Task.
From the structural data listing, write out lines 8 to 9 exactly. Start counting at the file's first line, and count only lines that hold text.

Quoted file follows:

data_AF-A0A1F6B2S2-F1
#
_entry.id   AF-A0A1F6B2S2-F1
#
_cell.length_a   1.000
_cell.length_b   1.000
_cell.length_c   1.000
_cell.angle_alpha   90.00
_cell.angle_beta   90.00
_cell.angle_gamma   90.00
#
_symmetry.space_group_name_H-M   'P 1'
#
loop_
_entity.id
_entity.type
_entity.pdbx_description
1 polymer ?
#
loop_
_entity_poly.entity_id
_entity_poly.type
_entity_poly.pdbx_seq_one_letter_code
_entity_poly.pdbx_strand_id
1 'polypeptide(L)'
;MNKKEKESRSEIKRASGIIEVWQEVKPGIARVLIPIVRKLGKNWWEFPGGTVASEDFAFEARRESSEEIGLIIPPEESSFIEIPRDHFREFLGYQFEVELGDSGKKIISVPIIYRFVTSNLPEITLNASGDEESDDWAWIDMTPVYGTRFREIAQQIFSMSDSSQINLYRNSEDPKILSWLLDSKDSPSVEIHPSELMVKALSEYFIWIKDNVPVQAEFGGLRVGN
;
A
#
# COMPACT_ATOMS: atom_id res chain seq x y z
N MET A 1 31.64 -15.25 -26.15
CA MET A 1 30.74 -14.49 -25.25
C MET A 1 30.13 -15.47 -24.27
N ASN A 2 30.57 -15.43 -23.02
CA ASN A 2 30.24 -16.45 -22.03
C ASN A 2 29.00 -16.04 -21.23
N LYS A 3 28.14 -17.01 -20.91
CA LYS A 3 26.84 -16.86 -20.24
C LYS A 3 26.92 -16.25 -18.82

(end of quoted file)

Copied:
_cell.angle_alpha   90.00
_cell.angle_beta   90.00